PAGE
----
Gregory Ronczewski leads the design of the TeamFit platform – view his profile on TeamFit
Top photo published with the permission from Laughing Stock Vineyards.

The main character in Borges’ Funes the Memorious is endowed with the ability to remember everything. It is an impossible position. Our individual or collective memories are set to preserve some data and at the same time allow other bits of information to pass through and disappear. At the same time, we are quite aware of the importance of preserving information. We have constructed Archives and Libraries so we can consult the sources when our own memories are failing us and to take advantage of what others have experienced. Today, all we need to do is to type a query into Google’s search window. We don’t have to remember everything. In fact, we remember different things than we used to. No need to memorize phone numbers, street addresses, postal codes or birthdays as long as we know how to search.

The filtering ability seems to define the level of quality and sophistication. Everyone wants more relevant and smarter search functions. It’s all good, however we seems to forget that who controls the menu, or the choices also controls the outcome. More and more we are giving up our own decision making to the hands of machines that “selects” for us. It works well and I must admit, “customer who bought this item also bought” system that amazon uses is one of my favourite ways to find new books. The art of curating and moderating is well represented in the online tools.

Sometimes thought we long for the old fashioned approach when we do not consult our smart devices. Winemaking is one of the areas where we see the return to the basics. For instance, Amphora from Laughing Stock Vineyards is produced using an ancient method. The owners went to Chianti, Italy to visit the terracotta factory and see how Amphorae are hand made by artisan potters. The interesting point here is the connection between two businesses from two different parts of the world using their complementary skills to create another value much appreciated by LFNG clients… the Amphora wine is almost always sold out.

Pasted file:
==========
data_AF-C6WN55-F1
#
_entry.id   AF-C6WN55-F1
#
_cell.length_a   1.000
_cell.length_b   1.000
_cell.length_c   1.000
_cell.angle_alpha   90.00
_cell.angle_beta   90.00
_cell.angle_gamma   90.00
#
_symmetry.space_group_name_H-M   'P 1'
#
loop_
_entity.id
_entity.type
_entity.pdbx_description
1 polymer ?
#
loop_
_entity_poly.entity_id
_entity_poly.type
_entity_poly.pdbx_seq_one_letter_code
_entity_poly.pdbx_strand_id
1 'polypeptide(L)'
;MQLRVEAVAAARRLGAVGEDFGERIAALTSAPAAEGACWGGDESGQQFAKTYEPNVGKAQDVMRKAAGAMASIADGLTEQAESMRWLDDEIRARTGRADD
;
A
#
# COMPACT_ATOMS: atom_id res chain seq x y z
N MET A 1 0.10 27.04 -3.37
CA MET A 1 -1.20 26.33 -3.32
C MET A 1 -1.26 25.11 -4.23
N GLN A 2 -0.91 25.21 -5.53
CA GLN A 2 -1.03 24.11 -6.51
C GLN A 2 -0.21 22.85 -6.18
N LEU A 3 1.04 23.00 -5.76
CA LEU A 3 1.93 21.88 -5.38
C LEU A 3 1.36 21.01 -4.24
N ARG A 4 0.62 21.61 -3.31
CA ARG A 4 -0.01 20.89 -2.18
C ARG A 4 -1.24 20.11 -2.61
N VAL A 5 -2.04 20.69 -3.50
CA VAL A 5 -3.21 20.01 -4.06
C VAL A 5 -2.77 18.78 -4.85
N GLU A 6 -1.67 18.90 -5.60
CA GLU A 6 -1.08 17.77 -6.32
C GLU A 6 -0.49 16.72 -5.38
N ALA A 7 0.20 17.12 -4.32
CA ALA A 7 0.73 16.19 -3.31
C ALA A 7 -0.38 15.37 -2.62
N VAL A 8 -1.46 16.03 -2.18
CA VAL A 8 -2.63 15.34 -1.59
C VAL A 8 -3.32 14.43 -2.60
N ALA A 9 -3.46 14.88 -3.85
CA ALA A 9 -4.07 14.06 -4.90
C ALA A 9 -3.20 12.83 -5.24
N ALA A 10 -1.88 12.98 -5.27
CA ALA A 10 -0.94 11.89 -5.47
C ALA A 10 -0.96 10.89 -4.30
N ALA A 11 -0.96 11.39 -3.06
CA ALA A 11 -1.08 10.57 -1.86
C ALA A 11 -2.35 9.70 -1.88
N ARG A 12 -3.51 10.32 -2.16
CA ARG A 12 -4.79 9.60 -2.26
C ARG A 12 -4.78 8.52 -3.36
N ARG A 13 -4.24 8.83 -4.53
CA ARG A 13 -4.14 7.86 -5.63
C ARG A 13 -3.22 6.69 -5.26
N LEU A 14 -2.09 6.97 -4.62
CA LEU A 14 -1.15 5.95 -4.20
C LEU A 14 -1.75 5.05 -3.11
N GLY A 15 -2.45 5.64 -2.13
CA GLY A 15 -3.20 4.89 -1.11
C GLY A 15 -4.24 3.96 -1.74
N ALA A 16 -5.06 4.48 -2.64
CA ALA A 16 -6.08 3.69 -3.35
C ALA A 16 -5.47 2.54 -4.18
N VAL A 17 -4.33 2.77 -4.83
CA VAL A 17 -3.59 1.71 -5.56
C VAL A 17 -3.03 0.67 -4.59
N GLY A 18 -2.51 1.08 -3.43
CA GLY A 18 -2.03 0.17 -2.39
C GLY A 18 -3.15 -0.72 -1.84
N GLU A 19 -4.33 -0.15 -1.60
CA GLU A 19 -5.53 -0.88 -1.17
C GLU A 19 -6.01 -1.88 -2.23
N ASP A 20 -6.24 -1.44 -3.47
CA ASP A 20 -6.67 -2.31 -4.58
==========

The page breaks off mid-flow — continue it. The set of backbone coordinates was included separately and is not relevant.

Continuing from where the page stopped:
I love libraries, bookstores, or second hand book merchants. There is something magical in browsing the shelves and not having the “search results” neatly arranged on computer screen. At Bowen Island Library—for a small library, it has a surprisingly good collection—I found a book by Jean-Claude Carrière and Umberto Eco titled This is Not the End of the Book. The big black letters on the spine attracted my eye. Apart from the two great minds discussing the future and the past of one of the finest human inventions (the book of course), the pages are filled with writers, collectors and titles that I would be hard to find without a conversation between these two. Like the eighteenth-century French writer Rétif de la Bretonne (1734 – 1806) who wrote and published himself—among many other pieces—several volumes containing the record of his nocturnal rambles through the city of Paris. Since the final two installments were written at the time of The Revolution, along with gathering his stories, he also collected every piece of paper he could get his hands on. In his basement, he made very simple pulp—paper was in short supply—and he printed what he wrote in the morning on his own paper. What an incredible set of skills. Historians disagree if the accounts were true, but that’s beyond the point, his work has been preserved – not filtered out by history.